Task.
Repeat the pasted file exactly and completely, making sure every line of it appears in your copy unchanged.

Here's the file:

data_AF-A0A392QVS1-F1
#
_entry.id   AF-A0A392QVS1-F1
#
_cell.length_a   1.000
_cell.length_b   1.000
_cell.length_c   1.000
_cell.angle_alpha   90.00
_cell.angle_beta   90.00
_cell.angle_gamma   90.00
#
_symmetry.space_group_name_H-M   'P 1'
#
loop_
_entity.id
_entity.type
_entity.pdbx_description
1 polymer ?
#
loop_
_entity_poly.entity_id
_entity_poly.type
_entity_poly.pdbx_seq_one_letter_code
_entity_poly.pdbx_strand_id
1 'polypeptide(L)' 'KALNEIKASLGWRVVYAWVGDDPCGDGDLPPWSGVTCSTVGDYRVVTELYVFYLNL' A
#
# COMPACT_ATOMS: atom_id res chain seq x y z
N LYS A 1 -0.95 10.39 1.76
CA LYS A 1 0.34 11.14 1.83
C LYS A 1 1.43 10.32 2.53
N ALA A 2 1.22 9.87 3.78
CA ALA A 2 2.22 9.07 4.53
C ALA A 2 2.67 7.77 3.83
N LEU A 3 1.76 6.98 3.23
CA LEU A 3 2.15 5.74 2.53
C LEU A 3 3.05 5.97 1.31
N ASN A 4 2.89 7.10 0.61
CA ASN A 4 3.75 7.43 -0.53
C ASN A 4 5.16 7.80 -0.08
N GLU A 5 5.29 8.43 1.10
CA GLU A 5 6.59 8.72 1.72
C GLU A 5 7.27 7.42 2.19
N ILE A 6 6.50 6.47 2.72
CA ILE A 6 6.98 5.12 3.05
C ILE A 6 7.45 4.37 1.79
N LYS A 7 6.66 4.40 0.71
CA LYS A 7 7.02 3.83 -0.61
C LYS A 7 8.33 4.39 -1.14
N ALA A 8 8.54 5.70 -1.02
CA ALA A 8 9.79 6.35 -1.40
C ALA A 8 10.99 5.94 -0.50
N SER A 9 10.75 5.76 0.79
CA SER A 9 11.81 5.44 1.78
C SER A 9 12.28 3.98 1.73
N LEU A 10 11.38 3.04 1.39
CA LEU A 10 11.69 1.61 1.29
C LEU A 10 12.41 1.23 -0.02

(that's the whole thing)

data_AF-A0A392QVS1-F1
#
_entry.id   AF-A0A392QVS1-F1
#
_cell.length_a   1.000
_cell.length_b   1.000
_cell.length_c   1.000
_cell.angle_alpha   90.00
_cell.angle_beta   90.00
_cell.angle_gamma   90.00
#
_symmetry.space_group_name_H-M   'P 1'
#
loop_
_entity.id
_entity.type
_entity.pdbx_description
1 polymer ?
#
loop_
_entity_poly.entity_id
_entity_poly.type
_entity_poly.pdbx_seq_one_letter_code
_entity_poly.pdbx_strand_id
1 'polypeptide(L)' 'KALNEIKASLGWRVVYAWVGDDPCGDGDLPPWSGVTCSTVGDYRVVTELYVFYLNL' A
#
# COMPACT_ATOMS: atom_id res chain seq x y z
N LYS A 1 -0.95 10.39 1.76
CA LYS A 1 0.34 11.14 1.83
C LYS A 1 1.43 10.32 2.53
N ALA A 2 1.22 9.87 3.78
CA ALA A 2 2.22 9.07 4.53
C ALA A 2 2.67 7.77 3.83
N LEU A 3 1.76 6.98 3.23
CA LEU A 3 2.15 5.74 2.53
C LEU A 3 3.05 5.97 1.31
N ASN A 4 2.89 7.10 0.61
CA ASN A 4 3.75 7.43 -0.53
C ASN A 4 5.16 7.80 -0.08
N GLU A 5 5.29 8.43 1.10
CA GLU A 5 6.59 8.72 1.72
C GLU A 5 7.27 7.42 2.19
N ILE A 6 6.50 6.47 2.72
CA ILE A 6 6.98 5.12 3.05
C ILE A 6 7.45 4.37 1.79
N LYS A 7 6.66 4.40 0.71
CA LYS A 7 7.02 3.83 -0.61
C LYS A 7 8.33 4.39 -1.14
N ALA A 8 8.54 5.70 -1.02
CA ALA A 8 9.79 6.35 -1.40
C ALA A 8 10.99 5.94 -0.50
N SER A 9 10.75 5.76 0.79
CA SER A 9 11.81 5.44 1.78
C SER A 9 12.28 3.98 1.73
N LEU A 10 11.38 3.04 1.39
CA LEU A 10 11.69 1.61 1.29
C LEU A 10 12.41 1.23 -0.02